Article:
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Dominance, Intimidation, and 'Choking' on the PGA Tour

Robert Connolly and Rendleman Richard J
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Rendleman Richard J: University of North Carolina - Chapel Hill

Journal of Quantitative Analysis in Sports, 2009, vol. 5, issue 3, 1-34

Abstract: Extending the work of Connolly and Rendleman (2008), we document the dominance of Tiger Woods during the 1998-2001 PGA Tour seasons. We show that by playing 'average,' Woods could have won some tournaments and placed no worse than fourth in the tournaments in which he participated in the year 2000, his best on the PGA Tour. No other PGA Tour player in our sample could have come close to such a feat. We also are able to quantify the intimidation factor associated with playing with Woods. On average, players who were paired with Woods during the 1998-2001 period scored 0.462 strokes per round worse than normal. Although we find that Woods' presence in a tournament may have had a small, but statistically significant adverse impact on the entire field, this effect was swamped by the apparent intimidation factor associated with having to play with Tiger side-by-side.We also demonstrate that Phil Mickelson's performance in major golf championships over the 1998-2001 period was not nearly as bad as was frequently mentioned in the golf press. Although Mickelson won no majors during this period, he played sufficiently well to have won one or two majors under normal circumstances. Moreover, his overall performance in majors, relative to his estimated skill level, was comparable to that of Tiger Woods, who won five of 16 major golf championships during our four-year sample period. Thus, the general characterization of Woods as golf's dominant player over the 1998-2001 period was accurate, but the frequent characterization of Phil Mickelson choking in majors was not.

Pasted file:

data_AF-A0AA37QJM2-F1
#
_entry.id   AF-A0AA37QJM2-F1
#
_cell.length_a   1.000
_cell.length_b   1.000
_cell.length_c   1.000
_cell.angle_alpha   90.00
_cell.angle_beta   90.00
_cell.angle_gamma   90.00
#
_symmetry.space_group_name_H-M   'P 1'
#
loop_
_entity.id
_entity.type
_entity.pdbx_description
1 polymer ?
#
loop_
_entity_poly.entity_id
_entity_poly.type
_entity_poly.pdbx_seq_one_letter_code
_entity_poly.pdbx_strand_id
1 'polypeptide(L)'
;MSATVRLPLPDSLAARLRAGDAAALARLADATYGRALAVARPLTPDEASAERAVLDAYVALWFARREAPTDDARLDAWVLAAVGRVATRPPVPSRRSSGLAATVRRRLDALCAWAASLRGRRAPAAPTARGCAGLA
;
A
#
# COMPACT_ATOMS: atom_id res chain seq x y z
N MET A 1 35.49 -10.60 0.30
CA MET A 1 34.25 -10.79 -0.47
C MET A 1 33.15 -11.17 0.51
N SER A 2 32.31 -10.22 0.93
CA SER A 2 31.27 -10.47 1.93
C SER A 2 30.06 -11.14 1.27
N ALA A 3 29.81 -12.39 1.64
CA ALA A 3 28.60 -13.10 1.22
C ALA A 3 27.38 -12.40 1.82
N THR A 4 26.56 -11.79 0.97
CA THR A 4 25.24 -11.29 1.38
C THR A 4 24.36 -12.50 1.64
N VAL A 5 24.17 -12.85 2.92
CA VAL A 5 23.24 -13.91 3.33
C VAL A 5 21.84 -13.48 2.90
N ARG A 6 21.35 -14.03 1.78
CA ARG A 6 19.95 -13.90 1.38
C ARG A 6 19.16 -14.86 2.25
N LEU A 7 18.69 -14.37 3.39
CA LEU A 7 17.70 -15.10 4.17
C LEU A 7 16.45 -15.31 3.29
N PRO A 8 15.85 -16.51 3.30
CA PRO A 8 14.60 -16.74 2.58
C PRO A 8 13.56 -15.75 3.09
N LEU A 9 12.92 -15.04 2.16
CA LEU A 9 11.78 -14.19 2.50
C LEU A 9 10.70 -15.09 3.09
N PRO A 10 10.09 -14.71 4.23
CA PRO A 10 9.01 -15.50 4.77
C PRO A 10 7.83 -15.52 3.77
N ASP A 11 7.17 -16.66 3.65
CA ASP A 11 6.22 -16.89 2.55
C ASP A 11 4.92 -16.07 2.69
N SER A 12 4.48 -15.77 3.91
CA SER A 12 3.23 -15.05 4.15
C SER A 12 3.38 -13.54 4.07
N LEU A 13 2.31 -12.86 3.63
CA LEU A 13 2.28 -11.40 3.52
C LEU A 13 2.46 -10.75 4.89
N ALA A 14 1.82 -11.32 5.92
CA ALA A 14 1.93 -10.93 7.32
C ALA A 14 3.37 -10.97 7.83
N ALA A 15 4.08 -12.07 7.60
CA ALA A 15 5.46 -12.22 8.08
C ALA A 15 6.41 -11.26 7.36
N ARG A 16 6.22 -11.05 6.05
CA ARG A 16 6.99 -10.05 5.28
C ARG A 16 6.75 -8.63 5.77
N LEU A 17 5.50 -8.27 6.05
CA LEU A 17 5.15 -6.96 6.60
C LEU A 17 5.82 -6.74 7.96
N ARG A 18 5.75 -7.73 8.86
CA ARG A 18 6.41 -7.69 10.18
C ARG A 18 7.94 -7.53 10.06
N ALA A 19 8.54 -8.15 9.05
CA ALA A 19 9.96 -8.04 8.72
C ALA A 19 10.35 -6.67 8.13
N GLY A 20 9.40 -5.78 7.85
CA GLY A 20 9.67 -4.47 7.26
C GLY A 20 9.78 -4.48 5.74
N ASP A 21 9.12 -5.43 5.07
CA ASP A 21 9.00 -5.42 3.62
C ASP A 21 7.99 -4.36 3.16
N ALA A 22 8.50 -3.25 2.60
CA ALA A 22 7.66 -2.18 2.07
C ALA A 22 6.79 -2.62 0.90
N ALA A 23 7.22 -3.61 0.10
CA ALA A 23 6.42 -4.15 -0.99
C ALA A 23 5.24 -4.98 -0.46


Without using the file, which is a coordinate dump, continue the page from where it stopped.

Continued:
Date: 2009
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DOI: 10.2202/1559-0410.1161

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